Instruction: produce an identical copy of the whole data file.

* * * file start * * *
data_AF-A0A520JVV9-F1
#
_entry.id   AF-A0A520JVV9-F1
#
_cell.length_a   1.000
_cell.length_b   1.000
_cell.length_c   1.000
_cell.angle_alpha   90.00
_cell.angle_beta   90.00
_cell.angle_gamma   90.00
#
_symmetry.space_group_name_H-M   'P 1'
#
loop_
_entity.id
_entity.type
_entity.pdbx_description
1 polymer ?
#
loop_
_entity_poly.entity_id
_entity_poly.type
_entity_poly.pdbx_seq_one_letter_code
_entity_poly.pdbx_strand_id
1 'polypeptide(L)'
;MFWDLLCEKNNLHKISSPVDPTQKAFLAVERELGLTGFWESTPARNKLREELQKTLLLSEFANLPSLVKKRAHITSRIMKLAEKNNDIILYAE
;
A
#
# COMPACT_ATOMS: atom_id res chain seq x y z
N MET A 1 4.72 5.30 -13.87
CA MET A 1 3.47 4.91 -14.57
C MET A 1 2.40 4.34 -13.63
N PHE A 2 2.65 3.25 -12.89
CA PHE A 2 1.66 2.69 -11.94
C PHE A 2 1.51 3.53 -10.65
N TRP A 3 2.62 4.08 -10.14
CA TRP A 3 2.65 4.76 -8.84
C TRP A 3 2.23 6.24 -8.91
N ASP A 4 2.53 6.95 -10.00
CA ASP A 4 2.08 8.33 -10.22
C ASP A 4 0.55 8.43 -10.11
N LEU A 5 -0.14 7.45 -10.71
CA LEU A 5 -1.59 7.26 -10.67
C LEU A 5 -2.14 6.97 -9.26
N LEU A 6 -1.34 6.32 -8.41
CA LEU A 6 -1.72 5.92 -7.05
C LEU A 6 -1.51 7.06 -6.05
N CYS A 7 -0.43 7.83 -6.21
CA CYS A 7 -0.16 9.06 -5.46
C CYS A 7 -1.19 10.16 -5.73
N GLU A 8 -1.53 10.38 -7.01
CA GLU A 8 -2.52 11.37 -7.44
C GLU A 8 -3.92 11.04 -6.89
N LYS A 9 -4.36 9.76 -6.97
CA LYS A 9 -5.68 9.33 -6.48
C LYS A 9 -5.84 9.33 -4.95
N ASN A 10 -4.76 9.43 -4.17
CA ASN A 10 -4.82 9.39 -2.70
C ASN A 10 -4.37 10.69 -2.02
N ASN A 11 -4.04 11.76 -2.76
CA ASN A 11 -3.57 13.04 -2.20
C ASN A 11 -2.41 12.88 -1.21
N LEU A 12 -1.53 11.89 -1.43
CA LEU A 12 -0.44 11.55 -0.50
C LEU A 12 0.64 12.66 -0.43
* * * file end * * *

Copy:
data_AF-A0A520JVV9-F1
#
_entry.id   AF-A0A520JVV9-F1
#
_cell.length_a   1.000
_cell.length_b   1.000
_cell.length_c   1.000
_cell.angle_alpha   90.00
_cell.angle_beta   90.00
_cell.angle_gamma   90.00
#
_symmetry.space_group_name_H-M   'P 1'
#
loop_
_entity.id
_entity.type
_entity.pdbx_description
1 polymer ?
#
loop_
_entity_poly.entity_id
_entity_poly.type
_entity_poly.pdbx_seq_one_letter_code
_entity_poly.pdbx_strand_id
1 'polypeptide(L)'
;MFWDLLCEKNNLHKISSPVDPTQKAFLAVERELGLTGFWESTPARNKLREELQKTLLLSEFANLPSLVKKRAHITSRIMKLAEKNNDIILYAE
;
A
#
# COMPACT_ATOMS: atom_id res chain seq x y z
N MET A 1 4.72 5.30 -13.87
CA MET A 1 3.47 4.91 -14.57
C MET A 1 2.40 4.34 -13.63
N PHE A 2 2.65 3.25 -12.89
CA PHE A 2 1.66 2.69 -11.94
C PHE A 2 1.51 3.53 -10.65
N TRP A 3 2.62 4.08 -10.14
CA TRP A 3 2.65 4.76 -8.84
C TRP A 3 2.23 6.24 -8.91
N ASP A 4 2.53 6.95 -10.00
CA ASP A 4 2.08 8.33 -10.22
C ASP A 4 0.55 8.43 -10.11
N LEU A 5 -0.14 7.45 -10.71
CA LEU A 5 -1.59 7.26 -10.67
C LEU A 5 -2.14 6.97 -9.26
N LEU A 6 -1.34 6.32 -8.41
CA LEU A 6 -1.72 5.92 -7.05
C LEU A 6 -1.51 7.06 -6.05
N CYS A 7 -0.43 7.83 -6.21
CA CYS A 7 -0.16 9.06 -5.46
C CYS A 7 -1.19 10.16 -5.73
N GLU A 8 -1.53 10.38 -7.01
CA GLU A 8 -2.52 11.37 -7.44
C GLU A 8 -3.92 11.04 -6.89
N LYS A 9 -4.36 9.76 -6.97
CA LYS A 9 -5.68 9.33 -6.48
C LYS A 9 -5.84 9.33 -4.95
N ASN A 10 -4.76 9.43 -4.17
CA ASN A 10 -4.82 9.39 -2.70
C ASN A 10 -4.37 10.69 -2.02
N ASN A 11 -4.04 11.76 -2.76
CA ASN A 11 -3.57 13.04 -2.20
C ASN A 11 -2.41 12.88 -1.21
N LEU A 12 -1.53 11.89 -1.43
CA LEU A 12 -0.44 11.55 -0.50
C LEU A 12 0.64 12.66 -0.43